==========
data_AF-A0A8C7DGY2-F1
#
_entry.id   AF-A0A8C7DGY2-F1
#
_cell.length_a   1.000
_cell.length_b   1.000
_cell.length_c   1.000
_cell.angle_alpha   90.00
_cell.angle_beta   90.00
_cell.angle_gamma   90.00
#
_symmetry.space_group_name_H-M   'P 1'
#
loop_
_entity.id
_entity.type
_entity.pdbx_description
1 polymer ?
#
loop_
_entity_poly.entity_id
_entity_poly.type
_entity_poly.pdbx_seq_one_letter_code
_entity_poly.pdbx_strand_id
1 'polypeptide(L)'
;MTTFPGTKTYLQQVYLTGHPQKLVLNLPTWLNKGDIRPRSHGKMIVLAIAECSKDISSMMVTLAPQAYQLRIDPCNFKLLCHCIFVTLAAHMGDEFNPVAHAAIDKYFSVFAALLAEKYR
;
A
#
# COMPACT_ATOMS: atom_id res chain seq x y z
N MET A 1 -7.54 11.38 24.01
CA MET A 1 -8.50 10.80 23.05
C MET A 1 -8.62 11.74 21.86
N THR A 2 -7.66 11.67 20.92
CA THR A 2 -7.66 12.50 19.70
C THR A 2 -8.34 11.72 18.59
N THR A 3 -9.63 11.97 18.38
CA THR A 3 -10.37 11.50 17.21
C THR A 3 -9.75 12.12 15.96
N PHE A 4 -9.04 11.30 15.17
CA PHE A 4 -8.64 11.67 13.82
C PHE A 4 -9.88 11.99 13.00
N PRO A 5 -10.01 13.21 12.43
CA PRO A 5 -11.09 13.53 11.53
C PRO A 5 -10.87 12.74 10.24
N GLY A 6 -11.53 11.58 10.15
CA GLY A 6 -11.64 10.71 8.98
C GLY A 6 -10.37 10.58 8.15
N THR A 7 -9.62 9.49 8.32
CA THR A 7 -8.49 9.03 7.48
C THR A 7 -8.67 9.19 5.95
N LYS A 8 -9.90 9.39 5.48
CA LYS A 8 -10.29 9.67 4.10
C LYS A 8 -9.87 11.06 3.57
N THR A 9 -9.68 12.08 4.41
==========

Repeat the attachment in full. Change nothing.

data_AF-A0A8C7DGY2-F1
#
_entry.id   AF-A0A8C7DGY2-F1
#
_cell.length_a   1.000
_cell.length_b   1.000
_cell.length_c   1.000
_cell.angle_alpha   90.00
_cell.angle_beta   90.00
_cell.angle_gamma   90.00
#
_symmetry.space_group_name_H-M   'P 1'
#
loop_
_entity.id
_entity.type
_entity.pdbx_description
1 polymer ?
#
loop_
_entity_poly.entity_id
_entity_poly.type
_entity_poly.pdbx_seq_one_letter_code
_entity_poly.pdbx_strand_id
1 'polypeptide(L)'
;MTTFPGTKTYLQQVYLTGHPQKLVLNLPTWLNKGDIRPRSHGKMIVLAIAECSKDISSMMVTLAPQAYQLRIDPCNFKLLCHCIFVTLAAHMGDEFNPVAHAAIDKYFSVFAALLAEKYR
;
A
#
# COMPACT_ATOMS: atom_id res chain seq x y z
N MET A 1 -7.54 11.38 24.01
CA MET A 1 -8.50 10.80 23.05
C MET A 1 -8.62 11.74 21.86
N THR A 2 -7.66 11.67 20.92
CA THR A 2 -7.66 12.50 19.70
C THR A 2 -8.34 11.72 18.59
N THR A 3 -9.63 11.97 18.38
CA THR A 3 -10.37 11.50 17.21
C THR A 3 -9.75 12.12 15.96
N PHE A 4 -9.04 11.30 15.17
CA PHE A 4 -8.64 11.67 13.82
C PHE A 4 -9.88 11.99 13.00
N PRO A 5 -10.01 13.21 12.43
CA PRO A 5 -11.09 13.53 11.53
C PRO A 5 -10.87 12.74 10.24
N GLY A 6 -11.53 11.58 10.15
CA GLY A 6 -11.64 10.71 8.98
C GLY A 6 -10.37 10.58 8.15
N THR A 7 -9.62 9.49 8.32
CA THR A 7 -8.49 9.03 7.48
C THR A 7 -8.67 9.19 5.95
N LYS A 8 -9.90 9.39 5.48
CA LYS A 8 -10.29 9.67 4.10
C LYS A 8 -9.87 11.06 3.57
N THR A 9 -9.68 12.08 4.41